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A gift from Leonard Sauer

By on July 29, 2019 in Outdoor Fun with 0 Comments
Leonard Sauer and Blue Lady greet hikers from Northern California.

By Mari foreman Groff

My mother’s day wish was a family wildflower hike. 

Following the advice of a local hiking guru, my obliging husband steered our family of seven through the hamlet of Peshastin, up Anderson Canyon Road, to the base of Sauer’s Mountain.

The trailhead was not what we expected. No ranger station. No bathroom. No parking lot. 

An early view on the hike looking back on Peshastin.

A plainclothes man sat on a plastic chair, his black and white dog lay below a fold-up table adorned with a sliding scale of pinecones, two water jugs and a freshly picked bouquet of wildflowers. 

Uncertain, we looked closer and found a small, handpainted sign: “Parking.” Next to it stood a wooden donation box labeled “Sauer’s Trail.” Emboldened, we pulled in and unloaded.

While exchanging greetings, we learned this was Leonard Sauer of Sauer’s Mountain, and that the trail we were about to hike begins on his private land. 

Mari’s youngest daughter spotted this Lyall’s mariposa lily; they only grow in Eastern Washington state and British Columbia.

We met his friendly sidekick, Blue Lady, who was oh-so-welcoming to our young children. 

Leonard shared that his wife died a few years ago and now, most days, he and Blue Lady sit together at the trailhead, meeting the various pilgrims. 

By this time more visitors had arrived and, with Leonard’s assurance that the wildflowers were at their peak, he sent us on our way.

Up, up the steep trail we ventured into two hours of variegated flora and sweeping panoramas in seemingly every direction. 

At one point we unexpectedly moved from a ridgeline into a hushed glade erupting in yellows and indigos. I paused, needing a minute to absorb the serenity of this place.

Weeks later, our family was still talking about our lovely day on Sauer’s Mountain, and I wondered how that trail came to be. 

So I went back. 

Leonard was not in his chair this time. I found him and Blue Lady a bit up the trail, on his bench, chatting with two hikers just in from Northern California. 

I asked him to tell me about his trail and he graciously obliged.

“I grew up roaming every place in the hills of Leavenworth, and I think everyone should be able to hike the mountains.”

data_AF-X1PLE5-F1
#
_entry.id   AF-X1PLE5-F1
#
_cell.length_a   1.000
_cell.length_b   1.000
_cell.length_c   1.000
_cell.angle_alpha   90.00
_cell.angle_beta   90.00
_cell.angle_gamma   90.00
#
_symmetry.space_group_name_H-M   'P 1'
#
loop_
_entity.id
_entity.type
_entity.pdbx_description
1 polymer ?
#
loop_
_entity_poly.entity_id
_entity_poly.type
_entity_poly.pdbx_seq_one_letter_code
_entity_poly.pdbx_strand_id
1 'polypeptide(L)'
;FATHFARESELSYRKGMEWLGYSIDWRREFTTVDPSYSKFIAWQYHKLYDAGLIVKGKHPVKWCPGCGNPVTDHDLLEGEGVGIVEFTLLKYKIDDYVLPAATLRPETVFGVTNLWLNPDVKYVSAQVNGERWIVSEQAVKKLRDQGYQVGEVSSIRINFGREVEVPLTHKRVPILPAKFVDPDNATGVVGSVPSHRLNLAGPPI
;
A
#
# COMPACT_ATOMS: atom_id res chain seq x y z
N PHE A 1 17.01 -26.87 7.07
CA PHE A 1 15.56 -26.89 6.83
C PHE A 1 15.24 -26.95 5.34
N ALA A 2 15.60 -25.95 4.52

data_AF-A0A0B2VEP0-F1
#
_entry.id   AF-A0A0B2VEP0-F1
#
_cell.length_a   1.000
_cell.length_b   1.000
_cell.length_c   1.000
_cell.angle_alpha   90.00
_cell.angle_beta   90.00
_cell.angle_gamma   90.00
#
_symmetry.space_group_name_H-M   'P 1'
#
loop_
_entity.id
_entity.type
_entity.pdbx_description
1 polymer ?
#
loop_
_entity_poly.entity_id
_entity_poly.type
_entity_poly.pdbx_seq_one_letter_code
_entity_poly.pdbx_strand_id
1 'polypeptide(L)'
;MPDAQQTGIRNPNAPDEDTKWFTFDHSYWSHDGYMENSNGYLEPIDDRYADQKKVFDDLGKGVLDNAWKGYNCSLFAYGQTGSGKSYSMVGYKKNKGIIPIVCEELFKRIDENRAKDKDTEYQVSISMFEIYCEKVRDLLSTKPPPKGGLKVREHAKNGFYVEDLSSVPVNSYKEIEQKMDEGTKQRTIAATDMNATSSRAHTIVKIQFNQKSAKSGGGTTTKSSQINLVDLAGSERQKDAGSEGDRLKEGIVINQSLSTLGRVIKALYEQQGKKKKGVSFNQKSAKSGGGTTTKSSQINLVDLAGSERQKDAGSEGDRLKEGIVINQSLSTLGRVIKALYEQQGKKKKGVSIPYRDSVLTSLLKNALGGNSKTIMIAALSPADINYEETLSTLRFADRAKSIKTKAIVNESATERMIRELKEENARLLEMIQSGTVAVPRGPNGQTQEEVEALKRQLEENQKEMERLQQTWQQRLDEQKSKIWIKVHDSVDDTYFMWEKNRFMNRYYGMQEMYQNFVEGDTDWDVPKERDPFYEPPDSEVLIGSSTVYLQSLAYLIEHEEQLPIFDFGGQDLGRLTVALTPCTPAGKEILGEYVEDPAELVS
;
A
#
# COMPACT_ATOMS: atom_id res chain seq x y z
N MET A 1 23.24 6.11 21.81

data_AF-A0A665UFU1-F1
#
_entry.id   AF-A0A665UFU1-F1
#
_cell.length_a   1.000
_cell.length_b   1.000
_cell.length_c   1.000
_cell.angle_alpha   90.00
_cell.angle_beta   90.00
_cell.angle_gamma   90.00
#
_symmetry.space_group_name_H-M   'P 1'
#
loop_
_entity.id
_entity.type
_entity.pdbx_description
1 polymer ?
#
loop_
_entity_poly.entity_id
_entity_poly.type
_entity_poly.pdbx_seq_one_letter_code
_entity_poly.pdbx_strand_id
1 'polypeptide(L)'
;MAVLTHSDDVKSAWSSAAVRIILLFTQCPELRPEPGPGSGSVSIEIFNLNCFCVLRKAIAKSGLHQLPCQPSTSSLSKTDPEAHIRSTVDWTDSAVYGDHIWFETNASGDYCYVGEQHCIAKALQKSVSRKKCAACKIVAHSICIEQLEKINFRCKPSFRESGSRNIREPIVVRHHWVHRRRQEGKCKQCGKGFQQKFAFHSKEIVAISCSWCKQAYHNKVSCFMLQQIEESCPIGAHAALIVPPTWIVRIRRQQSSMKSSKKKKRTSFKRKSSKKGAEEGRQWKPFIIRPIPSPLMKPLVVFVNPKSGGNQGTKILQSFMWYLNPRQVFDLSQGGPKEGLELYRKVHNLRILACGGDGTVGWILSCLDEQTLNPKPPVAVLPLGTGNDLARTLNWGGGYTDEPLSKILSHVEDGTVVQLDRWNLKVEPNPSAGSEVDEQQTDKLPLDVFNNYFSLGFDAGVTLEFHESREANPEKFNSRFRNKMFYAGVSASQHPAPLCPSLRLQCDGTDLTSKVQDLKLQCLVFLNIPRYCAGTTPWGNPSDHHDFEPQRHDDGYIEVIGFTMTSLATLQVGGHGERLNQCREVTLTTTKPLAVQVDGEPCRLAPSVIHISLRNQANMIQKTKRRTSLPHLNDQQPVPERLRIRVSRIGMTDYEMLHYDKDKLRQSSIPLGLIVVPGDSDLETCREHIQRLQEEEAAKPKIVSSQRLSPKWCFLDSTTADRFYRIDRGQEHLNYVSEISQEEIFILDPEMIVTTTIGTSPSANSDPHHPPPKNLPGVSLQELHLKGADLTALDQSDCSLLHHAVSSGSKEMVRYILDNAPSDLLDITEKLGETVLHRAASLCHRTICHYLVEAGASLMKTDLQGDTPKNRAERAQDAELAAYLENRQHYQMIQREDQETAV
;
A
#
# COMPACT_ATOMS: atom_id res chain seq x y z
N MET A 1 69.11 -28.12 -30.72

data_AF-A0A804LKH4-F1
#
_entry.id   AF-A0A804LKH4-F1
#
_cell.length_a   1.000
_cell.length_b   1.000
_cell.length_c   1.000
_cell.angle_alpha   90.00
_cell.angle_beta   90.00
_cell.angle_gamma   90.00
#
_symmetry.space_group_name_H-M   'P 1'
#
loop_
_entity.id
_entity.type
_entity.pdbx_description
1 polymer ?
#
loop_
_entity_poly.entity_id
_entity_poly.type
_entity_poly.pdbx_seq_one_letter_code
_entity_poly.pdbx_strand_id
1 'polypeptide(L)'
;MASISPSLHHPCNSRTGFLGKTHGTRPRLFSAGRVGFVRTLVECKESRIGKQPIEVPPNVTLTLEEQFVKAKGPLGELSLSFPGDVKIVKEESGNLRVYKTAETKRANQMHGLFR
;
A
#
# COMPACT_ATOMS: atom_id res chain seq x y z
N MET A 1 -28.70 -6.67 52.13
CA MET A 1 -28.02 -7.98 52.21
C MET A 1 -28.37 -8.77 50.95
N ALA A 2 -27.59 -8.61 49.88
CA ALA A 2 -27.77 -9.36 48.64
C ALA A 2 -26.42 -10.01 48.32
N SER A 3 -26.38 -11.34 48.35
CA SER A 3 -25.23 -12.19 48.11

On the first part of the trail hikers encounter artistic additions made and placed by Leonard over the years.

He started the trail in the early 1960s, building about a mile a year in his free time. He’d previously spent summers building trails in the Icicle region for the Forest Service; he knew what he was doing. He’s maintained it for public use ever since.

 “Hikers come from all over,” Leonard told me. “From lots of different states, Italy, Spain, Australia.”

Leonard did not have an estimate for how many folks make the trek every year, but said he had 30 hikers the day before, and that springtime is usually the busiest.

Just that week, hikers reported seeing groundhogs and a cougar. Leonard was not surprised: “I saw a female cougar bedded down by the pond at the bottom of the trail earlier this summer. She looked at me and walked away.” 

He’s also had run-ins with a bobcat eyeing his chickens.

Leonard escorted me around the lower part of the trail, pointing out different wooden sculptures he carved with a chainsaw and placed along the path — an eagle, a mushroom, totem poles, a driftwood sea dragon, and several mysterious faces peering out of the trunks of trees.

The author takes in a flowering glade past the halfway point on the hike.

He also showed me some trees he planted, including a redwood, and demonstrated how, in addition to clearing the trail, he strategically cuts back tree branches to open up vistas for visitors.

I left with an even deeper appreciation for the gift of Sauer’s Mountain trail, and with a tangible token — a yellow flower handpicked for me by Leonard Sauer.

Mari Foreman Groff is a lawyer and Wenatchee native. She and her husband, Alan, grow tree fruit and some pretty cute kids.

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